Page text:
As a child, I used to watch the swaying branches of a hazel tree in my grandparents’ garden. I played with the catkins, and in autumn I picked and ate the hazel nuts – usually, in my impatience, before they were ready.
When I was looking for a title for my magazine, ‘The Hazel Tree’ came to mind. I liked the image it created, and when I looked a bit deeper, I was fascinated by some of the stories that I found…
Hazel trees have been present in Britain since ancient times. It’s believed that Mesolithic people carried hazel nuts as a source of food, and this in turn assisted the spread of the trees. Ripe hazel nuts attract red squirrels and woodpeckers, and they’re also an important source of food for dormice.
In Celtic folklore, hazel nuts represented wisdom and poetic inspiration. Hazel shafts were used for water divining, and this practice evolved into the making of pilgrims’ staffs, shepherds’ crooks and walking sticks.
Known as the Tree of Knowledge in Norse mythology, the hazel was sacred to the god Thor; in Irish and Welsh folklore, the hazel was believed to be a fairy tree, and it still grows near many holy wells. Tara, the seat of ancient Irish kings, was located close to a hazel wood; and it is said that members of the Fianna, a legendary band of Irish warriors, learned to defend themselves with only a hazel stick and a shield.
According to an ancient Irish legend, the branches of a hazel tree overhung the Well of Wisdom. Nine hazel nuts fell into the pool, and were eaten by salmon, a fish revered by the druids. The fish developed bright spots on their scales according to how many nuts they had eaten.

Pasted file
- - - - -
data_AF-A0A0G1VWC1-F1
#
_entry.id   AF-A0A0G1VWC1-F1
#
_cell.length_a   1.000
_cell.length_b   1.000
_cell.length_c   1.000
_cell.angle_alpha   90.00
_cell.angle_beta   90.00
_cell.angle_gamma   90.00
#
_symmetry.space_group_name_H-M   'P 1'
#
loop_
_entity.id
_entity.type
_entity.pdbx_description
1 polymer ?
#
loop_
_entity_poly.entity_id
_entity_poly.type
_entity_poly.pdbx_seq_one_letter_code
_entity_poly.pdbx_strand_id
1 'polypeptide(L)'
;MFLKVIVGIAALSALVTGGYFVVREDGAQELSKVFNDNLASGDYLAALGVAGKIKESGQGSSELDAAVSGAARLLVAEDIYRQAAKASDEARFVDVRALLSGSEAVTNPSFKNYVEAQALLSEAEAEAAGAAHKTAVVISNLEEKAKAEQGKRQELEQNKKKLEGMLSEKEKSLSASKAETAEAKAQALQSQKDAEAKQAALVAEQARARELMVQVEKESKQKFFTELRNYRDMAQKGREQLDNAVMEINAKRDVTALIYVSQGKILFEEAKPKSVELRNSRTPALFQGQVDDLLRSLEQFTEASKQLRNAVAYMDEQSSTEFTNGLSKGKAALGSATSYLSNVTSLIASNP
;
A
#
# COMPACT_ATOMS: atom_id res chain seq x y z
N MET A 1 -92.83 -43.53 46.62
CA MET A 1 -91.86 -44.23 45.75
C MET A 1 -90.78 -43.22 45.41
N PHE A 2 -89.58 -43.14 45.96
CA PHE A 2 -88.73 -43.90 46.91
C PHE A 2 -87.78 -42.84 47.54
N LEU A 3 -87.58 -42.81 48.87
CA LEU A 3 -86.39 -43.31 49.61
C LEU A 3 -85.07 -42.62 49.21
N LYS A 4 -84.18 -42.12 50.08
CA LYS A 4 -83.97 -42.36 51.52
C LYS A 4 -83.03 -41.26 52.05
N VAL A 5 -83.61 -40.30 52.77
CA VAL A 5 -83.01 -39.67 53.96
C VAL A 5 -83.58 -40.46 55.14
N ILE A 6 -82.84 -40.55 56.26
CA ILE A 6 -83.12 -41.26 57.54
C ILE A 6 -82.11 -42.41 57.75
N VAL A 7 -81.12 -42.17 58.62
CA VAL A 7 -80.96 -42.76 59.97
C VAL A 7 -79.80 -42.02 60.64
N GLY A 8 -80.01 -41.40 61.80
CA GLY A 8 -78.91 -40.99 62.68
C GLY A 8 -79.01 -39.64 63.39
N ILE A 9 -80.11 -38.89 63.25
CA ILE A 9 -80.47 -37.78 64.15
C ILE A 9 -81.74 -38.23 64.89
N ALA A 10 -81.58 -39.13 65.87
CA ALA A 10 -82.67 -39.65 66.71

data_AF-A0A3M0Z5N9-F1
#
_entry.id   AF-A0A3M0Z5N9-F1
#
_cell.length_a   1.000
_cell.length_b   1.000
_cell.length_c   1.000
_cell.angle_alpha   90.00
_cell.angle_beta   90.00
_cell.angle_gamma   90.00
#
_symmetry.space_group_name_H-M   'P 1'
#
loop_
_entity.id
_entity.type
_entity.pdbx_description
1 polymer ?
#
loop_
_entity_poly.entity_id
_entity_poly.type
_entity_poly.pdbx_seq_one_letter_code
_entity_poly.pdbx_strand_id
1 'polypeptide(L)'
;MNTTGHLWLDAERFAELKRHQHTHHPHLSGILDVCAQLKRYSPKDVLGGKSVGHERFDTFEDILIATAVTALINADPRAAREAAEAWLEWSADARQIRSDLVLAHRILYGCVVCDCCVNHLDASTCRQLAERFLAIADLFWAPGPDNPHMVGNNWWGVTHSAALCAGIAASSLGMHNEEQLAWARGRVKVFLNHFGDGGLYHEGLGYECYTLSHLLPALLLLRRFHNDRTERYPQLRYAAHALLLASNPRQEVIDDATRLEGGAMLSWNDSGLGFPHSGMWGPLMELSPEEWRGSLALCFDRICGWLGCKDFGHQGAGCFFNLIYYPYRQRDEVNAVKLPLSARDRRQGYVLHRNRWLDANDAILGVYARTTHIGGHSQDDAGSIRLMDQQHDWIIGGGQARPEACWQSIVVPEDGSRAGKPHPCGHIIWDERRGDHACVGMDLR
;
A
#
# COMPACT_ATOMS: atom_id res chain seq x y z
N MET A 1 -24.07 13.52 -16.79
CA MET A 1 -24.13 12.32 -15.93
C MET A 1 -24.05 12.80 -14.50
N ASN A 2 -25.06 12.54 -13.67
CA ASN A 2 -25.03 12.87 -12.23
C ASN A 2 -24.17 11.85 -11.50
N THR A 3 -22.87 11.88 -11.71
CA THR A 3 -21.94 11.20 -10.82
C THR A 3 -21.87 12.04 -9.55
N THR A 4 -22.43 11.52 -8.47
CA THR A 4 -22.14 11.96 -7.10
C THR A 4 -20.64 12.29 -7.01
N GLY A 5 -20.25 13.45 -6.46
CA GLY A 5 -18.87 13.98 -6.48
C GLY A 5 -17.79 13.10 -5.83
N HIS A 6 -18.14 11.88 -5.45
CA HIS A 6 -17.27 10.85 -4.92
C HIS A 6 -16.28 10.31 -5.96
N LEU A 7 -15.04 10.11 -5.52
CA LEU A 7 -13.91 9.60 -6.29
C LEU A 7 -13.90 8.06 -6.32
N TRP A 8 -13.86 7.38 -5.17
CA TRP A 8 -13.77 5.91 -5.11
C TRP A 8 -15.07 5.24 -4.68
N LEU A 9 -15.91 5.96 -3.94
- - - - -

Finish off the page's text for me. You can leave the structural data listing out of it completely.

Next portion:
Later, while cooking one of these fish for his druid master, a young lad called Fionn mac Cumhaill ate some of the salmon’s flesh; in doing so, he gained the salmon’s magical knowledge and grew up to become one of the most heroic figures in Irish mythology.
At Ballachuan on Seil Island, an ancient and beautiful hazel wood stretches right down to the loch shore. Even in bright weather, the woodland is damp and dimly lit. The hazel trees’ thick, gnarled branches are festooned with ferns and lichen, and the place has a wonderful sense of timelessness.
So… whether you liken yourself to a druidic salmon, consuming the nuts of wisdom, or whether you just share my interest in the natural world, I hope you’ll find something to inspire you under the branches of The Hazel Tree!
Photos copyright © Jo Woolf